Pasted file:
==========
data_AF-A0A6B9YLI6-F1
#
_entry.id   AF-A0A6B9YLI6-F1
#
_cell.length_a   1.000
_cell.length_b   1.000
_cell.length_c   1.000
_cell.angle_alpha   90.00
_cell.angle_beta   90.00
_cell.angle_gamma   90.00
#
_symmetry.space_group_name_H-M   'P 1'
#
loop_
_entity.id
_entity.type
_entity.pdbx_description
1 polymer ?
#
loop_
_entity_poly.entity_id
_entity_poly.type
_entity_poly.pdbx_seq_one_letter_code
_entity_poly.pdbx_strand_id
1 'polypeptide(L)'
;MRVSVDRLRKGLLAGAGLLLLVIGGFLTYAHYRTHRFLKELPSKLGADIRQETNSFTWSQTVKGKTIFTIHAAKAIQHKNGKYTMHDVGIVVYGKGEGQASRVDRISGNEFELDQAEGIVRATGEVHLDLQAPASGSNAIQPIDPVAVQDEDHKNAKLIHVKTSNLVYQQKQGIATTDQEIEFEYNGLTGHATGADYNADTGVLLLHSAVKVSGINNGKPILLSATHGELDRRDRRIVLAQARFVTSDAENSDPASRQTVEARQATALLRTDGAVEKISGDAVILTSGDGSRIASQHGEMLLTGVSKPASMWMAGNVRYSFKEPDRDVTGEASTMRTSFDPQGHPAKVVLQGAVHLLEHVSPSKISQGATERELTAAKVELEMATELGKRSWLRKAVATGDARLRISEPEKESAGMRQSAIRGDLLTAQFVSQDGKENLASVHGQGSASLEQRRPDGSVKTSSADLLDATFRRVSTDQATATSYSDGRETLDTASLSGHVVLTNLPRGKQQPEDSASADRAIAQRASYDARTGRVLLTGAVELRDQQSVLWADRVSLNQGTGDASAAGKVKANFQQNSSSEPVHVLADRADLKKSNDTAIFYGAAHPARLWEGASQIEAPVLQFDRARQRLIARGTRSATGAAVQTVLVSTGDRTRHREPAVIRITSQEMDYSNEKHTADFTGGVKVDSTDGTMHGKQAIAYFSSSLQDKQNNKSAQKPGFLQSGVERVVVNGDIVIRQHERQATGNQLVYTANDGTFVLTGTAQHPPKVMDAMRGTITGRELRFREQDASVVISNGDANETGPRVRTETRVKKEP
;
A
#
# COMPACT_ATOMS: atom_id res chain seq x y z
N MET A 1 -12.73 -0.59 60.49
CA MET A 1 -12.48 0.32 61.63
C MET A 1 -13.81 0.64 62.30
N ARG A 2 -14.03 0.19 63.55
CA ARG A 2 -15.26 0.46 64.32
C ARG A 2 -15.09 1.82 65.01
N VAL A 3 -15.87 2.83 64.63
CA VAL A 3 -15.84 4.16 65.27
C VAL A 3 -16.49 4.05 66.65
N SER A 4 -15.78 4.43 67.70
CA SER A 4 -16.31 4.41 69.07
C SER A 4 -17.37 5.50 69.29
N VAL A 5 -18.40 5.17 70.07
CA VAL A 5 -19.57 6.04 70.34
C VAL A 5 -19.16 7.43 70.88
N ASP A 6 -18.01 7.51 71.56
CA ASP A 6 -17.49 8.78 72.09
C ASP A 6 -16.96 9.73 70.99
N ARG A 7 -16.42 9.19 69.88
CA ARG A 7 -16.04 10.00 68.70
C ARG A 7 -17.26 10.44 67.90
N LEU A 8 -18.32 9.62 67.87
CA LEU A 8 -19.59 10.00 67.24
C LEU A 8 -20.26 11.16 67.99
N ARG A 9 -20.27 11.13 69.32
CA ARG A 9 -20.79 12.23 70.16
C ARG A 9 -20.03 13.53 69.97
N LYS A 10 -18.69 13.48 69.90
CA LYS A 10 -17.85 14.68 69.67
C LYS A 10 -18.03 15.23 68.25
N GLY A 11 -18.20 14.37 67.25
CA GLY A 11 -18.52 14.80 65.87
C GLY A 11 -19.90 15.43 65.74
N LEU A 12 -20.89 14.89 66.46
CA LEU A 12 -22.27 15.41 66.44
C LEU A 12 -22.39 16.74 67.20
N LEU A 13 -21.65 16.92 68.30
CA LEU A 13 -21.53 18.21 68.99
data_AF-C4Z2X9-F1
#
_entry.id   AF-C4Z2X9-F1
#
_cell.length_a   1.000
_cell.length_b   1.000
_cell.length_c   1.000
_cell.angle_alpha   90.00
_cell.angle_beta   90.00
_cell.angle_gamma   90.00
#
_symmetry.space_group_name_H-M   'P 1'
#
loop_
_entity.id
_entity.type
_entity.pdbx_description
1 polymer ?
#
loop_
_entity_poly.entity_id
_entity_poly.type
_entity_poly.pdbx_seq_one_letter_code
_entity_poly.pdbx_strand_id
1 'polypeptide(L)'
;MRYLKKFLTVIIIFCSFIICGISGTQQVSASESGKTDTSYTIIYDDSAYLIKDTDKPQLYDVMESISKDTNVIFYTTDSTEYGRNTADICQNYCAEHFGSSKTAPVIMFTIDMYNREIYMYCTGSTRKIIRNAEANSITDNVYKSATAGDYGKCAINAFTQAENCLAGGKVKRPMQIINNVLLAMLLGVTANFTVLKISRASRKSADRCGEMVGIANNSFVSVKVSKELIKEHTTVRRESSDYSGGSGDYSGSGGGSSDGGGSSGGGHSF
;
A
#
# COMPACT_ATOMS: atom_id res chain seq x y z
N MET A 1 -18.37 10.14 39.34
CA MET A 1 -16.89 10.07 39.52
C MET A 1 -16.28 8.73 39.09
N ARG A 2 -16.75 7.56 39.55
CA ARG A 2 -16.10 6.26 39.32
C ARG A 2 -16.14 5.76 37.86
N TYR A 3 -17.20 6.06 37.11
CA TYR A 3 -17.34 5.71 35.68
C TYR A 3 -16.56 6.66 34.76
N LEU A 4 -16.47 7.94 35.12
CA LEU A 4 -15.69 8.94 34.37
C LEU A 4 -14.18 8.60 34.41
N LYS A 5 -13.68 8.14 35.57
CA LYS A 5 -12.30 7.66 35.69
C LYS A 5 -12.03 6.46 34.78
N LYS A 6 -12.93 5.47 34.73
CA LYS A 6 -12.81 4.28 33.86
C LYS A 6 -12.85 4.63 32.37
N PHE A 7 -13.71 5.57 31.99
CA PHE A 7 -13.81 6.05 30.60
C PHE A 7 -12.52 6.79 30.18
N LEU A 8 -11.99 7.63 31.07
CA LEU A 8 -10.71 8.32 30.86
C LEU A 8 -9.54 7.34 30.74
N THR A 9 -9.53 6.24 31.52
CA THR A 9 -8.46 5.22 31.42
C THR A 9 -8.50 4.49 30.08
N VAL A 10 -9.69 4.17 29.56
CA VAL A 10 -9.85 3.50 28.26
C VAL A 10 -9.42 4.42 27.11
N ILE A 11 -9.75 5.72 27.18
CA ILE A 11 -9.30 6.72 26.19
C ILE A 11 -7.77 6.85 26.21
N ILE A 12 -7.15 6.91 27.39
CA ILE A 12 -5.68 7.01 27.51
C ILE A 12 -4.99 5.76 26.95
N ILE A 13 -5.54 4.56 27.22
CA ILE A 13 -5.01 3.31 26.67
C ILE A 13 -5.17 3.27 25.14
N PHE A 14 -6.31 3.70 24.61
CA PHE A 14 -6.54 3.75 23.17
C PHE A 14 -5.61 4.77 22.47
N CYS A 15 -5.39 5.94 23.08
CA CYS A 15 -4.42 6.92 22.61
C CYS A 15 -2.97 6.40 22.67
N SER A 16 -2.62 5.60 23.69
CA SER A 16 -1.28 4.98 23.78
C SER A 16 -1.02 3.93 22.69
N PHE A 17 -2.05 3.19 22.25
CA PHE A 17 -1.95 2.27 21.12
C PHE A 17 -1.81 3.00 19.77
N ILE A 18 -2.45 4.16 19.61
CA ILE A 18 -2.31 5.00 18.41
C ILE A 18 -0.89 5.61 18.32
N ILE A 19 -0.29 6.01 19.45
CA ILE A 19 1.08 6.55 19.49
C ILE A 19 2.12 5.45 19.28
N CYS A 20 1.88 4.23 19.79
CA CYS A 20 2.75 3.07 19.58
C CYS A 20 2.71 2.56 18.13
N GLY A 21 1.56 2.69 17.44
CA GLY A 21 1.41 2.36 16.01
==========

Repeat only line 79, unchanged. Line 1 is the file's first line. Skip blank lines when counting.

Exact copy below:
#